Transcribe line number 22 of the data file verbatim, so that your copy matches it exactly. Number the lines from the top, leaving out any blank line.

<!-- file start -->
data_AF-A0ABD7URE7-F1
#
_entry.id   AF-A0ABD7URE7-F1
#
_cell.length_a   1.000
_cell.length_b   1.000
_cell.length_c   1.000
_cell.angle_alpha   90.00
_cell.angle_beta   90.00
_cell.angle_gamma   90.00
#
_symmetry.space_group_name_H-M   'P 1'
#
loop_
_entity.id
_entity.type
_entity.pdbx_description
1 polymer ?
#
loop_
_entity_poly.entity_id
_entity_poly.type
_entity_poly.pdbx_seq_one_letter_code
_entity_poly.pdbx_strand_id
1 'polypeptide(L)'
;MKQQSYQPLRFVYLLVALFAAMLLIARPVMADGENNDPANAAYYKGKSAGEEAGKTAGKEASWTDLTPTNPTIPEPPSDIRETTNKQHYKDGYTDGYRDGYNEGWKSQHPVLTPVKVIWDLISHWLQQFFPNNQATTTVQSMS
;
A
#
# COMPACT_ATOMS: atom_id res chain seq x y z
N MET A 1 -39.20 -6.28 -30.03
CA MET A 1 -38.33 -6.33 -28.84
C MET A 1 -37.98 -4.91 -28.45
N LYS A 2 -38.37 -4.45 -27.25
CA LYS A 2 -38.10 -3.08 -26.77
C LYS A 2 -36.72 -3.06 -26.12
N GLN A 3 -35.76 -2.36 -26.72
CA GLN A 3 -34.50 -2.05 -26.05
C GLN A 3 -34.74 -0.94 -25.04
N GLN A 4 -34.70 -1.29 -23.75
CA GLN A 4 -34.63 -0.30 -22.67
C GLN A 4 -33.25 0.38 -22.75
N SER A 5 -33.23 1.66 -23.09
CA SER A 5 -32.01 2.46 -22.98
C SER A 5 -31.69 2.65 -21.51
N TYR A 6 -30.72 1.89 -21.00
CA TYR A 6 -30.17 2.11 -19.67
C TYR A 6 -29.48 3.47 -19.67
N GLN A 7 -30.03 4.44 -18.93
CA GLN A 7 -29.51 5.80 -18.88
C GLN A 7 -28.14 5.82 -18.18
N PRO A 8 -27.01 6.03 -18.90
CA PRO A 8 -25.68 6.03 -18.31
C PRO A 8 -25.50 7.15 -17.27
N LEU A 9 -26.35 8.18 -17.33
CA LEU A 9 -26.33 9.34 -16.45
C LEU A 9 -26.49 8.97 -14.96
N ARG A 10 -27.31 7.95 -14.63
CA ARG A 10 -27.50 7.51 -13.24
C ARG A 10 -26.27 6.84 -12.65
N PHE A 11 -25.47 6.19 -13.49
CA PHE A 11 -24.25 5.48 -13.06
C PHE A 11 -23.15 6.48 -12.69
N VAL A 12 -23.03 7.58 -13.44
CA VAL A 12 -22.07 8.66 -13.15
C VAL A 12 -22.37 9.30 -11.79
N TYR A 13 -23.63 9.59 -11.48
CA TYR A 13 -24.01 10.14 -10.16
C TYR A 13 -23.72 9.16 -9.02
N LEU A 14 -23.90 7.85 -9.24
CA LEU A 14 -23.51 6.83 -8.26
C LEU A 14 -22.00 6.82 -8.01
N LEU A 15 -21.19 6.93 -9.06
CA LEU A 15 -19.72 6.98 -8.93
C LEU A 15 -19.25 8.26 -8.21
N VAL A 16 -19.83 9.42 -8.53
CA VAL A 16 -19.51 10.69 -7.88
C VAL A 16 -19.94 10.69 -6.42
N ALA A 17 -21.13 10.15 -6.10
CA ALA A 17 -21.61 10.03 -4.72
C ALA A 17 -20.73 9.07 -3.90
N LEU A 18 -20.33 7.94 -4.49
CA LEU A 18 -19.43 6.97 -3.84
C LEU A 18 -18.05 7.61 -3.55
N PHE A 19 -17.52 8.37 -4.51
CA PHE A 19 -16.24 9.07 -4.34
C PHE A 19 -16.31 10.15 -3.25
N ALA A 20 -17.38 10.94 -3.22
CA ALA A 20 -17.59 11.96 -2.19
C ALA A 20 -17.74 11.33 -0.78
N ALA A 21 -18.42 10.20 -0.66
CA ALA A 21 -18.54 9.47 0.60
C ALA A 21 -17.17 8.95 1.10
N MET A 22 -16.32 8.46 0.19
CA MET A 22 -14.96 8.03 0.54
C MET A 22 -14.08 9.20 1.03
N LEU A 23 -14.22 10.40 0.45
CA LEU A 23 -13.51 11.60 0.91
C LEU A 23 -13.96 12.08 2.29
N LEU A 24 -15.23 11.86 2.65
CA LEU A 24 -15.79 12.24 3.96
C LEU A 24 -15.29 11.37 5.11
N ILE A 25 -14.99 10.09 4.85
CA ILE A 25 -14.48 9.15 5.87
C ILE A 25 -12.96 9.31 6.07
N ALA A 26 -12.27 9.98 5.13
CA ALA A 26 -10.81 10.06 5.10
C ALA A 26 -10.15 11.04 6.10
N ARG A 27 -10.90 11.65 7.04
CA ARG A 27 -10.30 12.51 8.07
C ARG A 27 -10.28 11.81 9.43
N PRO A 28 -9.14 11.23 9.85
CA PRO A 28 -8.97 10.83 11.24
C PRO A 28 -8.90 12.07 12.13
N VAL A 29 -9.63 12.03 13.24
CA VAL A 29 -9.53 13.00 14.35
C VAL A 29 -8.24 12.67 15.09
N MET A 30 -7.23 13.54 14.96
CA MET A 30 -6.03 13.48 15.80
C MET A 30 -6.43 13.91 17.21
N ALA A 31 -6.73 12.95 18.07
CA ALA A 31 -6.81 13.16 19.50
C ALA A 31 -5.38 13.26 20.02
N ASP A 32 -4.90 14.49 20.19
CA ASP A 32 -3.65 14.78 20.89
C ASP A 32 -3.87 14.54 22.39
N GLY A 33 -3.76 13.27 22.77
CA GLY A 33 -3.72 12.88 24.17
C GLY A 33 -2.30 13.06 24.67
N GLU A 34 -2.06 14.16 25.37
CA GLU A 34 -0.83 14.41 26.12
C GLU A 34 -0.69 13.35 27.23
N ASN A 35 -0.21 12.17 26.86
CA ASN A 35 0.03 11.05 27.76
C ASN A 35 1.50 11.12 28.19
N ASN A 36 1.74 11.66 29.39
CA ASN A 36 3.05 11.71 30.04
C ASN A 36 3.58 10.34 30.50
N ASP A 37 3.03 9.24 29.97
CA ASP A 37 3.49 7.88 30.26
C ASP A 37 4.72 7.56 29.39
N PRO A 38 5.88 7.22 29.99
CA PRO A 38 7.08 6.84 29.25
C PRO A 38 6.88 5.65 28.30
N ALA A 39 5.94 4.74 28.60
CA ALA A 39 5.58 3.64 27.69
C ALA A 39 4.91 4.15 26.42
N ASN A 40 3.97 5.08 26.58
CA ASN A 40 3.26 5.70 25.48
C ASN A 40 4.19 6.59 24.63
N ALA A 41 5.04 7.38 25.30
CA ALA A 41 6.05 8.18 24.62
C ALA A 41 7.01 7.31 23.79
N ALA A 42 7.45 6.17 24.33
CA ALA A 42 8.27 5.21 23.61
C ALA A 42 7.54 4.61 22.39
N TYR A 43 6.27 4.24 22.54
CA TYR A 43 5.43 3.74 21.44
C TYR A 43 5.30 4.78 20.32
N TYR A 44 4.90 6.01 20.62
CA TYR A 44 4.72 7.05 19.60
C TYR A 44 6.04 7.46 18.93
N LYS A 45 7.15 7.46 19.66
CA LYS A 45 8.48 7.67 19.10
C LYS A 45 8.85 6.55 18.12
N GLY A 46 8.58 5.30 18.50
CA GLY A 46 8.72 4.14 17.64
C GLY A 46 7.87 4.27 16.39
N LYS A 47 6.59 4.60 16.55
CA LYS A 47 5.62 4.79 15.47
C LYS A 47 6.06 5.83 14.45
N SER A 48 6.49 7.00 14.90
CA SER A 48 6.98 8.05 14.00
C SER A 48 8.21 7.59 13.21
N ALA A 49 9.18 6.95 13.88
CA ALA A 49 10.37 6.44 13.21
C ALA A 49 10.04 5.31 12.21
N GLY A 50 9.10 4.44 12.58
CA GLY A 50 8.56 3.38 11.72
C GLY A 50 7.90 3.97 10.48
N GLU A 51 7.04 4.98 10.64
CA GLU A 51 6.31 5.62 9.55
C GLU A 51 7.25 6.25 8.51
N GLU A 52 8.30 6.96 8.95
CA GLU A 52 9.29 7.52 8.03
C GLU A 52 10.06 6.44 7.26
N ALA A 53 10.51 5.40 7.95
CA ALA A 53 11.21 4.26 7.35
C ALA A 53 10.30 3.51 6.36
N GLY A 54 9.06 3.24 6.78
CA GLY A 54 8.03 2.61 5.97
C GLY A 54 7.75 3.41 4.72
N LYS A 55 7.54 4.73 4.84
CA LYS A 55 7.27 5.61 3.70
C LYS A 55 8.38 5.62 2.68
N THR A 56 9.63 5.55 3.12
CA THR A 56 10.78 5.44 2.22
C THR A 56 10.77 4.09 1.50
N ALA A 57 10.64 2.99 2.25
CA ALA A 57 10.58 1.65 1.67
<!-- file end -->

_entity_poly.type